Single and Ready to Mingle: World’s Loneliest Plant Seeks Mate

If you think it’s rough out there for single folks, consider the case of E. woodii. Scientists have only ever discovered one example of the plant species — a male eking out a lonely existence in South Africa’s Ngoye Forest, in 1895.

That specimen was quickly moved to a botanical garden, where botanists have managed to propagate it over the last century. But now researchers using modern tools are scouring the forest for a potential mate. Think of it as Tinder for, well, tinder.

a woman next to a tree

Dr. Laura Cinti next to the E. woodii at a botanical garden. Photo: University of Southampton


“This plant is, as far as we know, extinct in the wild. I was very inspired by the story of the E. woodii, it mirrors a classic tale of unrequited love. I’m hopeful there is a female out there somewhere, after all, there must have been at one time,” said Dr. Laura Cinti, a research fellow at the University of Southampton’s Winchester School of Art, in a statement.

Cinti is leading a team of scientists using drones and artificial intelligence (AI) to scour the dense 4,000-hectare Ngoye Forest for a possible mate for the plant.

“It would be amazing to bring this plant so close to extinction back through natural reproduction,” she continued.

A long, lonely, lonely, lonely, lonely, time

E. woodii is a cycad, the oldest seed-bearing type of plant still living on the planet today. Cycads first arrived on the scene 300 million years ago, meaning they’ve survived the extinction event that killed the dinosaurs, the Industrial Revolution, and the 1980s, among other planetary calamities.

All cycads are rare. In fact, they are the most endangered organisms on Earth, and are kept in cages in botanical gardens so that thieves don’t sell them on the black market. But E. woodii is rare even by cycad standards.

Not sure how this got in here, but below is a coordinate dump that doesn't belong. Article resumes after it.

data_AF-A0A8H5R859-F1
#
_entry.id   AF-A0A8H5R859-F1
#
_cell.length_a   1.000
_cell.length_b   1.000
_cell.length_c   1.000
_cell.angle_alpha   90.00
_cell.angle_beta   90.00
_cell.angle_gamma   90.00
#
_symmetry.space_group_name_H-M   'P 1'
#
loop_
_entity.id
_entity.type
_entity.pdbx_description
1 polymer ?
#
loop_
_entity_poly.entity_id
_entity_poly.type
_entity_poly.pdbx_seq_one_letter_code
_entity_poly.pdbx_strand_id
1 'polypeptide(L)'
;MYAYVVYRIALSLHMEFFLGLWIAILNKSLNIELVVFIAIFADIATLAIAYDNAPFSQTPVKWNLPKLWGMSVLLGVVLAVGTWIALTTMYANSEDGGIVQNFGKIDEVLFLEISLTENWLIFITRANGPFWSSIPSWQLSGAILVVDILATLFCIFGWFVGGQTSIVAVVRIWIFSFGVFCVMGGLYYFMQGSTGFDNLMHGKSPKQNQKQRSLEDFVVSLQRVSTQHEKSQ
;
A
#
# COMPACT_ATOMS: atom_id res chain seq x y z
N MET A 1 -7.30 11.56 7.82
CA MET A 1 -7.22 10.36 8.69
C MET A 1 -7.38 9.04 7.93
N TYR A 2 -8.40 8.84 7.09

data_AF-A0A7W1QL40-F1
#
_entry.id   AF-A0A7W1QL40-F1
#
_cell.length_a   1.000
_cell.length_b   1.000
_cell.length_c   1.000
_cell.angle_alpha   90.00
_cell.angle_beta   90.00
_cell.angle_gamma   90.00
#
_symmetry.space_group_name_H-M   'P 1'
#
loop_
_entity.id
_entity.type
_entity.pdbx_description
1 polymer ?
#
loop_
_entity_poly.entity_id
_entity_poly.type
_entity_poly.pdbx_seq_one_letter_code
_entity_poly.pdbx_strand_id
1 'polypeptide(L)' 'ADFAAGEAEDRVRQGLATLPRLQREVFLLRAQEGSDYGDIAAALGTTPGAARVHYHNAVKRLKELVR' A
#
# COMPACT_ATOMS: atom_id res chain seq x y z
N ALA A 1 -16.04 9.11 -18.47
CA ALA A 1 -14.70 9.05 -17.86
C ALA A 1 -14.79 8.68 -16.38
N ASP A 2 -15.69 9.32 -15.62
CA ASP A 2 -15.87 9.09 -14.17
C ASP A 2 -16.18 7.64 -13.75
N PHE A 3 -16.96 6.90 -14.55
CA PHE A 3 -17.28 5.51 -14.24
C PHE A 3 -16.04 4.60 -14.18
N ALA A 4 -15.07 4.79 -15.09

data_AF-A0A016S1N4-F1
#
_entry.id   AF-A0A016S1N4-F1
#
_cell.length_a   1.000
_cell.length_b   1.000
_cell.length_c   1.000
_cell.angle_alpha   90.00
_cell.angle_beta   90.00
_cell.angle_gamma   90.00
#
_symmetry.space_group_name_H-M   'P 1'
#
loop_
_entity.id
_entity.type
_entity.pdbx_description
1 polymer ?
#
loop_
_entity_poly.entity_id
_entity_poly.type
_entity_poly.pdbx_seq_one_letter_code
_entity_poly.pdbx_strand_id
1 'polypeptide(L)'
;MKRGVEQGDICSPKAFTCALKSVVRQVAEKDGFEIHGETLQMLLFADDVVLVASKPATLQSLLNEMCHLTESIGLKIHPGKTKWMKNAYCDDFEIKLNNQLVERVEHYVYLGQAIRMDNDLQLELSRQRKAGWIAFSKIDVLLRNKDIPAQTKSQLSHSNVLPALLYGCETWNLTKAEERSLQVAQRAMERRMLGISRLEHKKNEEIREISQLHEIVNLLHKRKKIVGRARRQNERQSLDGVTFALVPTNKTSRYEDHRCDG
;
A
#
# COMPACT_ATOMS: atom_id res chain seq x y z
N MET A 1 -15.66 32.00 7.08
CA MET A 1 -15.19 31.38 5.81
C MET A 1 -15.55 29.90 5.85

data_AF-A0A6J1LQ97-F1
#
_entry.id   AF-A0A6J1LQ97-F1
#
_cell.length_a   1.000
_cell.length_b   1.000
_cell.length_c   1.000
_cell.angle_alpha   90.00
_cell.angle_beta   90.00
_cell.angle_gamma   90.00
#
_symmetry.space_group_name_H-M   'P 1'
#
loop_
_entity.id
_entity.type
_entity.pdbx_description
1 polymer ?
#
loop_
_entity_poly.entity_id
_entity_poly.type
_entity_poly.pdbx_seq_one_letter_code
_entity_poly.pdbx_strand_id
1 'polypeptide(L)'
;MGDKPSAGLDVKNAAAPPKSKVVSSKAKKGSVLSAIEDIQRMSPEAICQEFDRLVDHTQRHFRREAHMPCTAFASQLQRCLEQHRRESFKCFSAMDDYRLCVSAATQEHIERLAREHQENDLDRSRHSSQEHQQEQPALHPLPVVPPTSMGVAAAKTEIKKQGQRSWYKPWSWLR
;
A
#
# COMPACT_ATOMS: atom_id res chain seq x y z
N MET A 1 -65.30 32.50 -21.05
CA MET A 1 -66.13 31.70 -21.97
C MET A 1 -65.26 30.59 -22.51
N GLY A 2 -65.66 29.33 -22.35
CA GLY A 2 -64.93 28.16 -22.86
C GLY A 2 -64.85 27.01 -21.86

And after drones took tens of thousands of multispectral images in 2022 without turning up another example of the species, Cinti and her team turned to AI to help shorten the search.

an image of plants in reds and purples

One of the multi-spectral images created by drones and now being analyzed by AI. Photo: C-LAB


“With the AI, we are using an image recognition algorithm in order to recognize plants by shape,” she said “We generated images of plants and put them in different ecological settings to train the model to recognize them.”

And if that doesn’t work? The team has a plan B — change E. woodii’s sex.

“There have been reports of sex change in other cycad species due to sudden environmental changes such as temperature, so we are hopeful we can induce sex change in the E. woodii too,” Cinti explained.

Good luck, E. woodii. We’re all — ahem — rooting for you.

Andrew Marshall

Andrew Marshall is an award-winning painter, photographer, and freelance writer. Andrew’s essays, illustrations, photographs, and poems can be found scattered across the web and in a variety of extremely low-paying literary journals.
You can find more of his work at, @andrewmarshallimages on Instagram and Facebook, and @pawn_andrew on Twitter (for as long as that lasts).